If, on the other hand, the relationship is primarily rehabilitative in nature, the individuals will not be found to be statutory employees, which means they are outside the scope of the NLRA. Under Brevard Achievement Ctr., the Board examines numerous factors, including the existence of counseling, training, or rehabilitation services; the existence of any production standards; the existence and nature of disciplinary procedures; the applicable terms and conditions of employment (particularly in comparison to those of nondisabled individuals employed at the same facility); and the average tenure in the program, including the existence/absence of a job-placement program.
In the Brevard Achievement Ctr. case, a majority of the NLRB followed established case law and found that the individuals at issue were not statutory employees under the NLRA because their relationship with the CRP was primarily rehabilitative. The ruling has protected the special rehabilitative relationships from intrusion by union officials, with a Board majority holding that “[t]he imposition of collective bargaining at the rehabilitative stage could interfere with the rehabilitative process itself, and thereby delay the day when the clients can enter in the mainstream of economic society.”
Brevard Achievement Ctr. and other NLRB case law generally has permitted rehabilitation professionals to focus on the best interests of CRP participants without interference from union officials. Union organizers, possibly with the help of the NLRB General Counsel, however, may threaten CRPs and the tremendous benefits they deliver. To change NLRB case law, a General Counsel, who is effectively a prosecutor under the NLRA, needs cases which he or she can use to obtain policy objectives. By “compel[ing] centralized consideration” by her office of “[c]ases involving the applicability of Brevard Achievement Center, Inc.,” as she ordered in her August memorandum to NLRB Regional staff, General Counsel Abruzzo apparently hopes to generate a pipeline of cases she can use to achieve her policy goals, which presumably include subjecting individuals with severe disabilities to the vagaries of union organizers.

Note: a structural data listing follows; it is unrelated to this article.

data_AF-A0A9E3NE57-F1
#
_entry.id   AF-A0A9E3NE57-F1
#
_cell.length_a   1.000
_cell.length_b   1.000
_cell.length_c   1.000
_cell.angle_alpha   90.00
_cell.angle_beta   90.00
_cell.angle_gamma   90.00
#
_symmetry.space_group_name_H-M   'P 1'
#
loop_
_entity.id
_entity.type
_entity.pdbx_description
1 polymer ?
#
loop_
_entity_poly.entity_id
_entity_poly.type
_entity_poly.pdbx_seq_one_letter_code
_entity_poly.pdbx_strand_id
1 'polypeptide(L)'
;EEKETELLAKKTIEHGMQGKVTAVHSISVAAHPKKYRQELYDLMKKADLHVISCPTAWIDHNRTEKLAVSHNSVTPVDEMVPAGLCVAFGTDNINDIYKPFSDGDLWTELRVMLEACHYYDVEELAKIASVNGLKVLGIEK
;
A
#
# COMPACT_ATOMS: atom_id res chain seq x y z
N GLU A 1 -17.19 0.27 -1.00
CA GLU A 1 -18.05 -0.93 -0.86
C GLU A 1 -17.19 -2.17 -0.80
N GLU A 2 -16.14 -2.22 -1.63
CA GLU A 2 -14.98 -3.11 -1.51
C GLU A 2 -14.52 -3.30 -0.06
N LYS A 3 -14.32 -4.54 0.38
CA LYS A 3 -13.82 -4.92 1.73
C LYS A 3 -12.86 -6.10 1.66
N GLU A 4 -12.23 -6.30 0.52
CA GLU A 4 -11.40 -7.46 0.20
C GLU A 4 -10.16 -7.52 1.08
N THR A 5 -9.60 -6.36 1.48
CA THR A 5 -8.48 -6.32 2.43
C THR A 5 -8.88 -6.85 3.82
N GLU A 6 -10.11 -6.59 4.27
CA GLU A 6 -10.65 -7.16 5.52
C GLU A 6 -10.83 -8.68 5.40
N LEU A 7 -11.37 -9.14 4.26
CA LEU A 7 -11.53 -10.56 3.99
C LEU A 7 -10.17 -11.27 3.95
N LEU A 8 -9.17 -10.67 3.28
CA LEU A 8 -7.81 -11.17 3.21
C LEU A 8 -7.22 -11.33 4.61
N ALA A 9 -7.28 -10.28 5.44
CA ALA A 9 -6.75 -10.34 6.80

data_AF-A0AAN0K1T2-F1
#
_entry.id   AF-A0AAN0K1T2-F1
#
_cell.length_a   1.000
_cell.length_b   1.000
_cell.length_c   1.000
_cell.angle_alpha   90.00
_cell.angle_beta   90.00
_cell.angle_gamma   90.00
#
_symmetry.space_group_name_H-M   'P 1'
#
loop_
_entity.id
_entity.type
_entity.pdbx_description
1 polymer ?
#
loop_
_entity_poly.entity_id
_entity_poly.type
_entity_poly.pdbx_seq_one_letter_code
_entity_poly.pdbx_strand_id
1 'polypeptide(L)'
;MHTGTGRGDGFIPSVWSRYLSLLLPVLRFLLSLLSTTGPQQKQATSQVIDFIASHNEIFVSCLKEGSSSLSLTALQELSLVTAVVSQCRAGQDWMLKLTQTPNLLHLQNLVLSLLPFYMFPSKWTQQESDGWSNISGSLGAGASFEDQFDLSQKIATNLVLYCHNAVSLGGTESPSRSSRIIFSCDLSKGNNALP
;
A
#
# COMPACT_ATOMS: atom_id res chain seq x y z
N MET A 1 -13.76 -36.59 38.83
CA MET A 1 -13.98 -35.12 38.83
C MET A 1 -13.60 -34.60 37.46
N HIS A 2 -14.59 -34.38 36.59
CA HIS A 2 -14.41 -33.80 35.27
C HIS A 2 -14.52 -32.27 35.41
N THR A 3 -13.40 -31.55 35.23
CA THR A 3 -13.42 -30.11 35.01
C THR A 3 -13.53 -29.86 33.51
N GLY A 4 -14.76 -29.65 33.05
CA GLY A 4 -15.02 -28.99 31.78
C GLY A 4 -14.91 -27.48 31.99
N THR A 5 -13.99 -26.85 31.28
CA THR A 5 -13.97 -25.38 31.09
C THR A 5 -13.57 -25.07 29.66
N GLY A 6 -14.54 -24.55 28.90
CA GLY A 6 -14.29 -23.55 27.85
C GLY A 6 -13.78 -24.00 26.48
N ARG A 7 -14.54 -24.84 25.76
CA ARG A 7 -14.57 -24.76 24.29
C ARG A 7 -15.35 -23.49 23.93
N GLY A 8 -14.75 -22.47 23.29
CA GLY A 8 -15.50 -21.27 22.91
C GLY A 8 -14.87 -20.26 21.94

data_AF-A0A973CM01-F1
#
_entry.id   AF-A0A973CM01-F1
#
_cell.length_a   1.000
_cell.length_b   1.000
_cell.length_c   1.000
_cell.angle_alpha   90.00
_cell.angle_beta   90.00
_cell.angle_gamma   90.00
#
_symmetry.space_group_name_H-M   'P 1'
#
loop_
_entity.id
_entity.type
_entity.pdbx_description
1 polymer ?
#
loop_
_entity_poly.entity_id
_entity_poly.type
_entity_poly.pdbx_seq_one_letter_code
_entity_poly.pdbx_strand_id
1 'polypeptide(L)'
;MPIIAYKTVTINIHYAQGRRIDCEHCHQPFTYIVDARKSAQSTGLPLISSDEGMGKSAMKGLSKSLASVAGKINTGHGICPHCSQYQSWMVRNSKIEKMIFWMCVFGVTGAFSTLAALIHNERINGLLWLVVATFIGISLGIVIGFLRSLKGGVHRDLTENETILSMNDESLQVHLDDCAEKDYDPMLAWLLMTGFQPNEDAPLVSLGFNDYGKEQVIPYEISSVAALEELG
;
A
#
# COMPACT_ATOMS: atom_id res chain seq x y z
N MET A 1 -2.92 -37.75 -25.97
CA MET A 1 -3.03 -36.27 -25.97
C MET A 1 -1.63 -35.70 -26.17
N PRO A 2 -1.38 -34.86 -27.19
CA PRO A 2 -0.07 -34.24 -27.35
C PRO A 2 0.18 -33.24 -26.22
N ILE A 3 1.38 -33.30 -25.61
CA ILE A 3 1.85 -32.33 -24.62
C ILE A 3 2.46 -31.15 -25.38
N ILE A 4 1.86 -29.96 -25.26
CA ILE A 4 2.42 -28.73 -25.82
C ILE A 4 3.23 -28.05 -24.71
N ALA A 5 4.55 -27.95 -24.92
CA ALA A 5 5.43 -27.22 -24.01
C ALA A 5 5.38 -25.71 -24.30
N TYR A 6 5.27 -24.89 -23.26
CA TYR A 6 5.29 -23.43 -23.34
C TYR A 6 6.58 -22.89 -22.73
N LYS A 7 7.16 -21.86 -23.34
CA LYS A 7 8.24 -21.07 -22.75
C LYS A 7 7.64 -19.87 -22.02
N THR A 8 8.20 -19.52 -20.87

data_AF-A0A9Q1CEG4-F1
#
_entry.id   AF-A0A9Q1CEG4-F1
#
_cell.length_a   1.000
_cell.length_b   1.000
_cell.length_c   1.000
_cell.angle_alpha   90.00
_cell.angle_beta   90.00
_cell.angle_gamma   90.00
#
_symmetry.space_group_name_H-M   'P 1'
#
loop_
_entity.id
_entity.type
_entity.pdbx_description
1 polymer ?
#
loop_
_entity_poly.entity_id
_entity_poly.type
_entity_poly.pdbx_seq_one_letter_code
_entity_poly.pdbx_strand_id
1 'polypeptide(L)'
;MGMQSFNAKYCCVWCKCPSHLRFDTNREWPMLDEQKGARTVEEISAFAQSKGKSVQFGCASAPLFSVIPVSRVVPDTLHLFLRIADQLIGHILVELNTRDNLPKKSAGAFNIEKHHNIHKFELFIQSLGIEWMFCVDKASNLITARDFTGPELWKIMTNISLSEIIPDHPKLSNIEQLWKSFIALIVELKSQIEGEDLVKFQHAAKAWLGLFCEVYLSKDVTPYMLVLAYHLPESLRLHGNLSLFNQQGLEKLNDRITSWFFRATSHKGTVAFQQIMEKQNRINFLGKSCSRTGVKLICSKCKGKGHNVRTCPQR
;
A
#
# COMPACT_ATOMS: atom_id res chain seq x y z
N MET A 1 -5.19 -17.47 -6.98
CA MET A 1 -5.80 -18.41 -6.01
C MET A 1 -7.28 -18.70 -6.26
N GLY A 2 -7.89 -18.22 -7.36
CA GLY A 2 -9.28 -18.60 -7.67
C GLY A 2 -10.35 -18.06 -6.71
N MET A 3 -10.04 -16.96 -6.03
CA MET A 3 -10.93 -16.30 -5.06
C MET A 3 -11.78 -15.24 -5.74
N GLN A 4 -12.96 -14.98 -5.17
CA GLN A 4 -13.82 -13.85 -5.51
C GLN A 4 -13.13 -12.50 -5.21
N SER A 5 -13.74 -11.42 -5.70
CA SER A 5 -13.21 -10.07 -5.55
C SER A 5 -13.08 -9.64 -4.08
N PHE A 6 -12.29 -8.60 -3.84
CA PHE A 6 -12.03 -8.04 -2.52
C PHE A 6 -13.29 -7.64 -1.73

The action by the NLRB General Counsel should cause CRP leaders to reevaluate the substantial risks that the NLRB General Counsel’s initiative and organized labor pose to the relationships between CRPs and the special individuals they help. CRP leaders should be prepared to respond to the heightened risks, including by careful evaluation of the factors that affect whether, in the eyes of the NLRB, the CRP’s relationship with individuals with significant disabilities is primarily rehabilitative. CRPs may also consider training for front-line CRP leaders so they understand restrictions under the NRLA and are acting properly to protect program participants from union organizers.
Timothy M. McConville is a management-side labor relations attorney and President of Praemia Law, PLLC. He also serves as President and Chairman of the National Institute for Labor Relations Research. This article is for general informational purposes only and should not be relied upon or regarded as legal advice. Mr. McConville is available at 703-399-3603, ext. 1, and Timothy.McConville@praemialaw.com.